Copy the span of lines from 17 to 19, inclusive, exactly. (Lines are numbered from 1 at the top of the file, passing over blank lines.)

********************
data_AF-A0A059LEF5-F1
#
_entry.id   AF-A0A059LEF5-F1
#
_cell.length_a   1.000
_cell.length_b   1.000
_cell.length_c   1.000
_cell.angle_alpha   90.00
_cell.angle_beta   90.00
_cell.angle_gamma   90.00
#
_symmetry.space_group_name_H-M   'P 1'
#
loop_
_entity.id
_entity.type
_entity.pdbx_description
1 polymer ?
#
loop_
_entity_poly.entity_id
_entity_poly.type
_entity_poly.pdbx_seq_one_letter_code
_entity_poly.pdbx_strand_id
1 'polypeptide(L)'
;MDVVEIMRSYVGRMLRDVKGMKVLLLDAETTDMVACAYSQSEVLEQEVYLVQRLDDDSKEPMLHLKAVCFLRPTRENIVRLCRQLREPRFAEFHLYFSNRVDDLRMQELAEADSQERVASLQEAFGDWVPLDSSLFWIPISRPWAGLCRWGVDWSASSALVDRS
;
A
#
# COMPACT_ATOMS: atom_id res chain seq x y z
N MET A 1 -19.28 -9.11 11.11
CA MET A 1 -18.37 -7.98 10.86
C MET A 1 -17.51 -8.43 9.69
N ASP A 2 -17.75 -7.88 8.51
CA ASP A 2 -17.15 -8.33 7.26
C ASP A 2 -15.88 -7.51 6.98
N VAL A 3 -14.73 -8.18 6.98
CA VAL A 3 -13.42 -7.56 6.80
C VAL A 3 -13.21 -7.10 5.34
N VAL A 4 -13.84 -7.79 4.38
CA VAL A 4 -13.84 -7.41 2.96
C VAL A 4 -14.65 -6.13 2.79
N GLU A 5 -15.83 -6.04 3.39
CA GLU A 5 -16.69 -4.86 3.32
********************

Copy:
_entity.pdbx_description
1 polymer ?
#